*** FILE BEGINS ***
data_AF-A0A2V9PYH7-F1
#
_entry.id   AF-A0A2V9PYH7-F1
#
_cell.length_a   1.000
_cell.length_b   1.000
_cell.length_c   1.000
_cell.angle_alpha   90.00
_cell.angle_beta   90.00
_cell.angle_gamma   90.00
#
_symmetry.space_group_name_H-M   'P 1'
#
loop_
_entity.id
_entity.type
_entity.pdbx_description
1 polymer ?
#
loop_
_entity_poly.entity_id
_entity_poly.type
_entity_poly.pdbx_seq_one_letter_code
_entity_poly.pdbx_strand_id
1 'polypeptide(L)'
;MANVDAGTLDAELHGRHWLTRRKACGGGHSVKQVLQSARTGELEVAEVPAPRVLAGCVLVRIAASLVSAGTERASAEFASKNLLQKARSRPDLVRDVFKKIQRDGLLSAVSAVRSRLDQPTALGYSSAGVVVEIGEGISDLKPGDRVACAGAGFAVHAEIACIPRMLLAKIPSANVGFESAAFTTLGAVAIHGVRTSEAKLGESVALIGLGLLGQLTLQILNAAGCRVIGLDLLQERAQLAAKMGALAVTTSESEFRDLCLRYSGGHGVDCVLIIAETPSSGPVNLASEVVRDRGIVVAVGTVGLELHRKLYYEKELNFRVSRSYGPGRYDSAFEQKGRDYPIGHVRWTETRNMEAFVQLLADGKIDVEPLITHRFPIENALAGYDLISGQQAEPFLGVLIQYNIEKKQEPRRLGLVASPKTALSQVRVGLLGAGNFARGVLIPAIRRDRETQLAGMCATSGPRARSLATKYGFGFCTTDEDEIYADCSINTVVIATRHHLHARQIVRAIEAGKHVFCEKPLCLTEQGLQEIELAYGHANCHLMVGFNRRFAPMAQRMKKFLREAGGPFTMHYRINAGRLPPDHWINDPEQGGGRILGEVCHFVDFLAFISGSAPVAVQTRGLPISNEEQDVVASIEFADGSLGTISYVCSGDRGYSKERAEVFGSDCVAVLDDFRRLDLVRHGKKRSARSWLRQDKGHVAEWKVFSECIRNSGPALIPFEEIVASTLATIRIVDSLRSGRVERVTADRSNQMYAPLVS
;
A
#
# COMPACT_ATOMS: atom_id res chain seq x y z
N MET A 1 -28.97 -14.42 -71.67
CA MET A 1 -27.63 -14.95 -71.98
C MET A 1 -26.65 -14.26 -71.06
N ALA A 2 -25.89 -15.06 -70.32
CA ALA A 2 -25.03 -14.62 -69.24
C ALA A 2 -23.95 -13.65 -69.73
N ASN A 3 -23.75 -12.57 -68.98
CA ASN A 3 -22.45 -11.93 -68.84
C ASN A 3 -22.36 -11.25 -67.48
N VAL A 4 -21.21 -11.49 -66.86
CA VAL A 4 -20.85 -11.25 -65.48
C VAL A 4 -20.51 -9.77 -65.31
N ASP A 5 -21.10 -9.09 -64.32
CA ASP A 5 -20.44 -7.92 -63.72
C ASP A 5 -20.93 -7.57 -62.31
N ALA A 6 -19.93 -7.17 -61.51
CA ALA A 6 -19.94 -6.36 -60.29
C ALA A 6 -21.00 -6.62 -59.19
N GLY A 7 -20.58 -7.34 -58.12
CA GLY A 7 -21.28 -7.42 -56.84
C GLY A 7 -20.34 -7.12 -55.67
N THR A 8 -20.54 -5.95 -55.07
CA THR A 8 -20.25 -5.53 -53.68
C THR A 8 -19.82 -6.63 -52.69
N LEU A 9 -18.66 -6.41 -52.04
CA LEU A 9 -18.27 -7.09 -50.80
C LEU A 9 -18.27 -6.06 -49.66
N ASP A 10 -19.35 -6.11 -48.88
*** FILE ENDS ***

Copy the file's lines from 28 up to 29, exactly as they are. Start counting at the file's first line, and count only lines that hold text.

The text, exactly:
A
#